Kaunda: How long would that take?

Kissinger: From 18 months to 2 years. The United Kingdom, perhaps the United States and maybe the OAU ought to guarantee the execution of the program. Let me reassure you the Council of State would have the same functions as a high commissioner or a governor general. Administrative authority and executive control would be in the hands of a cabinet which will have a black prime minister.

Kaunda: I am concerned by the powers of the Council of State. If the Council of State controls the armed forces, the police and the civil service, it may not be possible for the guaranteeing powers to keep the [Page 565] Council under control. After all, the guaranteeing powers are outsiders and far away. Their very distance could lead to a dangerous situation.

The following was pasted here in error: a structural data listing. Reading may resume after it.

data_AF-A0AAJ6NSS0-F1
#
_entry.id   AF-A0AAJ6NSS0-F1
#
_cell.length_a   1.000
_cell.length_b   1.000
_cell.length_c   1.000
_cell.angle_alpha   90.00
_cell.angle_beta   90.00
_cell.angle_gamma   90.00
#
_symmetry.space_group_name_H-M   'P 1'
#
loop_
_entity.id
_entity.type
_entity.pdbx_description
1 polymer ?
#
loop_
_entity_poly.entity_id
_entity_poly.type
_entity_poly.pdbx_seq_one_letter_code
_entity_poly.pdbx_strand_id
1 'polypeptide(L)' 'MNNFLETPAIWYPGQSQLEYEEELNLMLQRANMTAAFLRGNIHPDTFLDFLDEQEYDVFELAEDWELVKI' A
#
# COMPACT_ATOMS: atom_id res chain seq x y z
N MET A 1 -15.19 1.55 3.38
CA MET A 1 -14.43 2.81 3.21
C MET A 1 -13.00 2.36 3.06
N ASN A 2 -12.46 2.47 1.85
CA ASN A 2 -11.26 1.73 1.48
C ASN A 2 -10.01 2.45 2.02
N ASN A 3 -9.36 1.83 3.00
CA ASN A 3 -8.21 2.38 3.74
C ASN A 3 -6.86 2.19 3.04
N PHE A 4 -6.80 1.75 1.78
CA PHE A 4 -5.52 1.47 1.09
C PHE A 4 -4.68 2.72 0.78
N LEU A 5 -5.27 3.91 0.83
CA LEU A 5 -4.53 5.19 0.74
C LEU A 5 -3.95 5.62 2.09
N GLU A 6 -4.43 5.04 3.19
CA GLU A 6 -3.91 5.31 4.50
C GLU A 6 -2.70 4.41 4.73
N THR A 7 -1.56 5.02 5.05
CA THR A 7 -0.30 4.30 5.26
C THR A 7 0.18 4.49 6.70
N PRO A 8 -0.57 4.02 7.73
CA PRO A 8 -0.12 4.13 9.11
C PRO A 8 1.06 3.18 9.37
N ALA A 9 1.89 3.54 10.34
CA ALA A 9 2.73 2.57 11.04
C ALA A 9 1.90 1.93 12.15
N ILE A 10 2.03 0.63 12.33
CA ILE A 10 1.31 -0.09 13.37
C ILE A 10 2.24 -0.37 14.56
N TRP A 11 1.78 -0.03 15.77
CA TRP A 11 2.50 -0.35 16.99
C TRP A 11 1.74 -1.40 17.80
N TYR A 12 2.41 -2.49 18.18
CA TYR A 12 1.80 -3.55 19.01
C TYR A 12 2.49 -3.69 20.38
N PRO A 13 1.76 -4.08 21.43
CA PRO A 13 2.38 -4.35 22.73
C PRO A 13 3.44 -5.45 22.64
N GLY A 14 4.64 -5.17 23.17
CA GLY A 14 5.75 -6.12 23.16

Kissinger: How do you think we should proceed? I have an open mind.

Kaunda: If you have United States, British and OAU guarantees, how could we be sure that these guarantees would be effective?

Kissinger: If the Council of State ever violated its authority, we would demand that South Africa apply total sanctions. South Africa can bring Rhodesia to heel in a matter of weeks.

Chona: What would happen if South Africa refused to cooperate?

Kissinger: We would have to consider sanctions against South Africa. The situation really is quite different from that which existed when you tried to negotiate a settlement for Zimbabwe. You were most courageous and took a chance. We have real leverage and can bring it to bear.